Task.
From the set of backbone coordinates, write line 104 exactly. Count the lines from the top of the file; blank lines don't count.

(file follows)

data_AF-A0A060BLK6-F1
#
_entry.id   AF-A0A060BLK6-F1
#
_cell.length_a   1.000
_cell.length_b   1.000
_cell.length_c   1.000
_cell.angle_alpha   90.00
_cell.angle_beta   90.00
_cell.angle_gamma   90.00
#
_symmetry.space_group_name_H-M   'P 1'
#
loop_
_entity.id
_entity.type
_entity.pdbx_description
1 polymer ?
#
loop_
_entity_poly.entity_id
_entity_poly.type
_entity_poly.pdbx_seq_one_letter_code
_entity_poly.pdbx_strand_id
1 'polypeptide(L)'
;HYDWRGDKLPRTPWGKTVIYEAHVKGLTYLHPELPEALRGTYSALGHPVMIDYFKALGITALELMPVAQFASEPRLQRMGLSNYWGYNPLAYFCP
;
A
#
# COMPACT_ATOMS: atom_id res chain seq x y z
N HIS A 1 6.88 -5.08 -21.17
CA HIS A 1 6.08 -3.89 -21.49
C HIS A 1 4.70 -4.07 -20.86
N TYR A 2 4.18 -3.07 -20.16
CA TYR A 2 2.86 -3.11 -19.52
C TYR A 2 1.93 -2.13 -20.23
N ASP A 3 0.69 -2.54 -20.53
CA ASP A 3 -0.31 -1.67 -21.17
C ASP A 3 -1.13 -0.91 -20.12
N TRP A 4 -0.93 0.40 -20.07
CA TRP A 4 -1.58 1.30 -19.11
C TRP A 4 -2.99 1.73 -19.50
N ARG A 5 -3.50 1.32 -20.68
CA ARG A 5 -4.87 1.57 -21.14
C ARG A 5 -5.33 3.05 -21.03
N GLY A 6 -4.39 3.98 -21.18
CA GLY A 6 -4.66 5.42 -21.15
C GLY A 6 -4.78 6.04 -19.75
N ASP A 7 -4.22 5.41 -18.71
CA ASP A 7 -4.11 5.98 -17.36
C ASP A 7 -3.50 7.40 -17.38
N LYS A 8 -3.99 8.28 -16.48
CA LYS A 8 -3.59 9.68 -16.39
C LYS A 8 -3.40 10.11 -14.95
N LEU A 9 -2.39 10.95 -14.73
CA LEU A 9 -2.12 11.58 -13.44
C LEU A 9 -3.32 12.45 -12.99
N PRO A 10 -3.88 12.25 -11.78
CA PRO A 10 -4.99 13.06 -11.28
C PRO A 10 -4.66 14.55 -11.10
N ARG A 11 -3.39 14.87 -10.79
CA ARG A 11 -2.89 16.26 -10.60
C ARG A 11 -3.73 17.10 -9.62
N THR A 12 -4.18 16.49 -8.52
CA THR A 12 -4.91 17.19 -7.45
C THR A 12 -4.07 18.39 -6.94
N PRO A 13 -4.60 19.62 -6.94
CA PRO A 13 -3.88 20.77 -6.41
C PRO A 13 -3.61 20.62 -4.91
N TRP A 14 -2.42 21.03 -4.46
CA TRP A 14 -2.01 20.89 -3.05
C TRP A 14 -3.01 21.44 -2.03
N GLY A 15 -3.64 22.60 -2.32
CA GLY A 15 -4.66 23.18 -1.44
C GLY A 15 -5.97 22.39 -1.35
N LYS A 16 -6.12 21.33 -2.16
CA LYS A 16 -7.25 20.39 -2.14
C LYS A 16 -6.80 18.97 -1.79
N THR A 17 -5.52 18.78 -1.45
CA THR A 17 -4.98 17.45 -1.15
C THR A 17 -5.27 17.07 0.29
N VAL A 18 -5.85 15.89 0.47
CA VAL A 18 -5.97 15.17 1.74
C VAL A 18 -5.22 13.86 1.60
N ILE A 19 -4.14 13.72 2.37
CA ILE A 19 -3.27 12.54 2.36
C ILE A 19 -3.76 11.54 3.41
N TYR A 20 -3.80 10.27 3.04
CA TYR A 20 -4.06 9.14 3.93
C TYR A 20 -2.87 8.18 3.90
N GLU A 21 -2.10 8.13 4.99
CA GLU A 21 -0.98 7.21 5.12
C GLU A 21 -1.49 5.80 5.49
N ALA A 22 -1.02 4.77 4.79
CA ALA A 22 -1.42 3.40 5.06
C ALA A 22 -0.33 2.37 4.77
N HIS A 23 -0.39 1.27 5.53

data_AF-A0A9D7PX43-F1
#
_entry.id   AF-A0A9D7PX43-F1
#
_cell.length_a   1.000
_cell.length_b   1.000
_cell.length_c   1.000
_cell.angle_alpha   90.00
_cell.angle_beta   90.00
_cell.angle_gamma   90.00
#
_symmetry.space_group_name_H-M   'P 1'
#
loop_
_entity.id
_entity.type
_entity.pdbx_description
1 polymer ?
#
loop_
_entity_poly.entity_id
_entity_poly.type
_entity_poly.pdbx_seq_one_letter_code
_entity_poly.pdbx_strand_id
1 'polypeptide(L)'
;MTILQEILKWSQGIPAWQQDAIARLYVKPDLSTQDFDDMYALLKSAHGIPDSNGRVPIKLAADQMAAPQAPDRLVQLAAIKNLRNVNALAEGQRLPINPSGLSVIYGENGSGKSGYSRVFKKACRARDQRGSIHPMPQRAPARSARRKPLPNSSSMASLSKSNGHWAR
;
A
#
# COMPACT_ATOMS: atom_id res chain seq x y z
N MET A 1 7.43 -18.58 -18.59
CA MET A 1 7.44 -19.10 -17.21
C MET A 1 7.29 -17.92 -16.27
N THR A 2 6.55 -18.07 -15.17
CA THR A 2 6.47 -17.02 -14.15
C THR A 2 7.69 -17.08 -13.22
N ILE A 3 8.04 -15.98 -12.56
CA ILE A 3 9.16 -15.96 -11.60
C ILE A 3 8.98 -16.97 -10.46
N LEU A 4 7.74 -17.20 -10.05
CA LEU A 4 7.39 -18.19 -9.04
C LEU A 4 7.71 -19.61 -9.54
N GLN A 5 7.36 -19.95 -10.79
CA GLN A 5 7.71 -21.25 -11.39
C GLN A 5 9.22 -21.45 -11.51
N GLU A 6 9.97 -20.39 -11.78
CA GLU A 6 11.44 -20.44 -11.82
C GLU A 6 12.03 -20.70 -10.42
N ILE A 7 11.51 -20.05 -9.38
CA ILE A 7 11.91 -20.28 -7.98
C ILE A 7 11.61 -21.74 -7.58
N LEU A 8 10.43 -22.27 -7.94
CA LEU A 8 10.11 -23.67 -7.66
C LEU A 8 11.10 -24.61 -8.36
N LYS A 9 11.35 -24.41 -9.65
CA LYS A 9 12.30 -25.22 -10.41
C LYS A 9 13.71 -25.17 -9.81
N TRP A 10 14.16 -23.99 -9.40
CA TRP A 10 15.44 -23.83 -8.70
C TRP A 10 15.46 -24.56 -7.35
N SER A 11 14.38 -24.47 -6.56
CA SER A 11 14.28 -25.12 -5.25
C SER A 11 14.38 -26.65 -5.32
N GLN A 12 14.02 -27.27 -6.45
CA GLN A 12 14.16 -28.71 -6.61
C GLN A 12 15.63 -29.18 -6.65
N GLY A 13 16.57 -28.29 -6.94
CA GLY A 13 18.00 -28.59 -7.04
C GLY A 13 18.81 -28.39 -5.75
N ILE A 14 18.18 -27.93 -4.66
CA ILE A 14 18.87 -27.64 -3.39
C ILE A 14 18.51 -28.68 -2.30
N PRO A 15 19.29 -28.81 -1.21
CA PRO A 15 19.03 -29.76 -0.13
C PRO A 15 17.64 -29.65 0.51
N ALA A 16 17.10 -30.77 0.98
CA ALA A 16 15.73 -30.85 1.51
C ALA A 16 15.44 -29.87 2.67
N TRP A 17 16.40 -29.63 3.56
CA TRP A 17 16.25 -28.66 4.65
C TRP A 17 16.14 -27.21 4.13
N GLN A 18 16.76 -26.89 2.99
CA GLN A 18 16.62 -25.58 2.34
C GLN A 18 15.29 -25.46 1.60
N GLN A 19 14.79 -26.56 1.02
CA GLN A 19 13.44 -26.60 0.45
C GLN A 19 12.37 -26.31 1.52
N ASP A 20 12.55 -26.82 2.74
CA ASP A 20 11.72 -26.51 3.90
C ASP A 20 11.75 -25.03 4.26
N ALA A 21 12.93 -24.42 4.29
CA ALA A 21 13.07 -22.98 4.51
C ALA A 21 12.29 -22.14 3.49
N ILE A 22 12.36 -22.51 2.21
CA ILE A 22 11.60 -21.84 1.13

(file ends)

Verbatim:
_cell.length_c   1.000